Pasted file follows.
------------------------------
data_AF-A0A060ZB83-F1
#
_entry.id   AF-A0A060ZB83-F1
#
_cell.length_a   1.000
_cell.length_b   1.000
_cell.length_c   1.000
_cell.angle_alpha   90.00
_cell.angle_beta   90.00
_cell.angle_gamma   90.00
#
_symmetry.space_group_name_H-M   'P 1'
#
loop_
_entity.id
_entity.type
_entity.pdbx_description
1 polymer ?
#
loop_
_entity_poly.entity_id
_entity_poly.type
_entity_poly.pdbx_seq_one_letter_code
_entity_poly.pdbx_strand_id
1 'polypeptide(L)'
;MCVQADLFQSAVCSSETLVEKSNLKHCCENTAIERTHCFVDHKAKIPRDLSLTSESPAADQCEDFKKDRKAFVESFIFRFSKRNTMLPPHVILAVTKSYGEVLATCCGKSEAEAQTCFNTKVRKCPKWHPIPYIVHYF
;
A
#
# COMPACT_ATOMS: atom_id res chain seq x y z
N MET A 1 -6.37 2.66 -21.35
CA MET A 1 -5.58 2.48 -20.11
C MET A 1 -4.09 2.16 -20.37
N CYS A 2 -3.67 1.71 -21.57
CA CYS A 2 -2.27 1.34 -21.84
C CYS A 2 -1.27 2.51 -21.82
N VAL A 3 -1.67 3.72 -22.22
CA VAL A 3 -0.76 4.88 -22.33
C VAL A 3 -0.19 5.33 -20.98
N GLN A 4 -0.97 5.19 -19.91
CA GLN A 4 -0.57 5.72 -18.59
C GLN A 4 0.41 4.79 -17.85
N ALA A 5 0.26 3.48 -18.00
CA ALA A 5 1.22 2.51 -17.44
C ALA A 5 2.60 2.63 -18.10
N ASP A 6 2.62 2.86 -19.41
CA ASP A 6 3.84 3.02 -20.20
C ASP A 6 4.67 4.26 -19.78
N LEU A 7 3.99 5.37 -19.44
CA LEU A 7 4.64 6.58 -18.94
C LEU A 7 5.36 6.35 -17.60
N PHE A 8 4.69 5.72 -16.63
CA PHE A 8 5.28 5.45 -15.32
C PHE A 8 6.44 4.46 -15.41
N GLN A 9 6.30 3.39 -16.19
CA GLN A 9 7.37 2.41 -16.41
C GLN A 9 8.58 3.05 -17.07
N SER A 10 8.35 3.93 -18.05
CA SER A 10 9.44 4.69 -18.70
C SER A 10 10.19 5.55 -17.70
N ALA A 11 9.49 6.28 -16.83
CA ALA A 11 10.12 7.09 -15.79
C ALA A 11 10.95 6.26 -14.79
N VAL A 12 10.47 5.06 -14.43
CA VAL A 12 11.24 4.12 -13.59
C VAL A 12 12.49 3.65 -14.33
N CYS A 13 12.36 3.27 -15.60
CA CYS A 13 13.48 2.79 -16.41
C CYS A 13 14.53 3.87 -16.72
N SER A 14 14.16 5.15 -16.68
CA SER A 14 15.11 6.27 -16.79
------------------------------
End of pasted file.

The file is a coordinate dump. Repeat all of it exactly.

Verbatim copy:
data_AF-A0A060ZB83-F1
#
_entry.id   AF-A0A060ZB83-F1
#
_cell.length_a   1.000
_cell.length_b   1.000
_cell.length_c   1.000
_cell.angle_alpha   90.00
_cell.angle_beta   90.00
_cell.angle_gamma   90.00
#
_symmetry.space_group_name_H-M   'P 1'
#
loop_
_entity.id
_entity.type
_entity.pdbx_description
1 polymer ?
#
loop_
_entity_poly.entity_id
_entity_poly.type
_entity_poly.pdbx_seq_one_letter_code
_entity_poly.pdbx_strand_id
1 'polypeptide(L)'
;MCVQADLFQSAVCSSETLVEKSNLKHCCENTAIERTHCFVDHKAKIPRDLSLTSESPAADQCEDFKKDRKAFVESFIFRFSKRNTMLPPHVILAVTKSYGEVLATCCGKSEAEAQTCFNTKVRKCPKWHPIPYIVHYF
;
A
#
# COMPACT_ATOMS: atom_id res chain seq x y z
N MET A 1 -6.37 2.66 -21.35
CA MET A 1 -5.58 2.48 -20.11
C MET A 1 -4.09 2.16 -20.37
N CYS A 2 -3.67 1.71 -21.57
CA CYS A 2 -2.27 1.34 -21.84
C CYS A 2 -1.27 2.51 -21.82
N VAL A 3 -1.67 3.72 -22.22
CA VAL A 3 -0.76 4.88 -22.33
C VAL A 3 -0.19 5.33 -20.98
N GLN A 4 -0.97 5.19 -19.91
CA GLN A 4 -0.57 5.72 -18.59
C GLN A 4 0.41 4.79 -17.85
N ALA A 5 0.26 3.48 -18.00
CA ALA A 5 1.22 2.51 -17.44
C ALA A 5 2.60 2.63 -18.10
N ASP A 6 2.62 2.86 -19.41
CA ASP A 6 3.84 3.02 -20.20
C ASP A 6 4.67 4.26 -19.78
N LEU A 7 3.99 5.37 -19.44
CA LEU A 7 4.64 6.58 -18.94
C LEU A 7 5.36 6.35 -17.60
N PHE A 8 4.69 5.72 -16.63
CA PHE A 8 5.28 5.45 -15.32
C PHE A 8 6.44 4.46 -15.41
N GLN A 9 6.30 3.39 -16.19
CA GLN A 9 7.37 2.41 -16.41
C GLN A 9 8.58 3.05 -17.07
N SER A 10 8.35 3.93 -18.05
CA SER A 10 9.44 4.69 -18.70
C SER A 10 10.19 5.55 -17.70
N ALA A 11 9.49 6.28 -16.83
CA ALA A 11 10.12 7.09 -15.79
C ALA A 11 10.95 6.26 -14.79
N VAL A 12 10.47 5.06 -14.43
CA VAL A 12 11.24 4.12 -13.59
C VAL A 12 12.49 3.65 -14.33
N CYS A 13 12.36 3.27 -15.60
CA CYS A 13 13.48 2.79 -16.41
C CYS A 13 14.53 3.87 -16.72
N SER A 14 14.16 5.15 -16.68
CA SER A 14 15.11 6.27 -16.79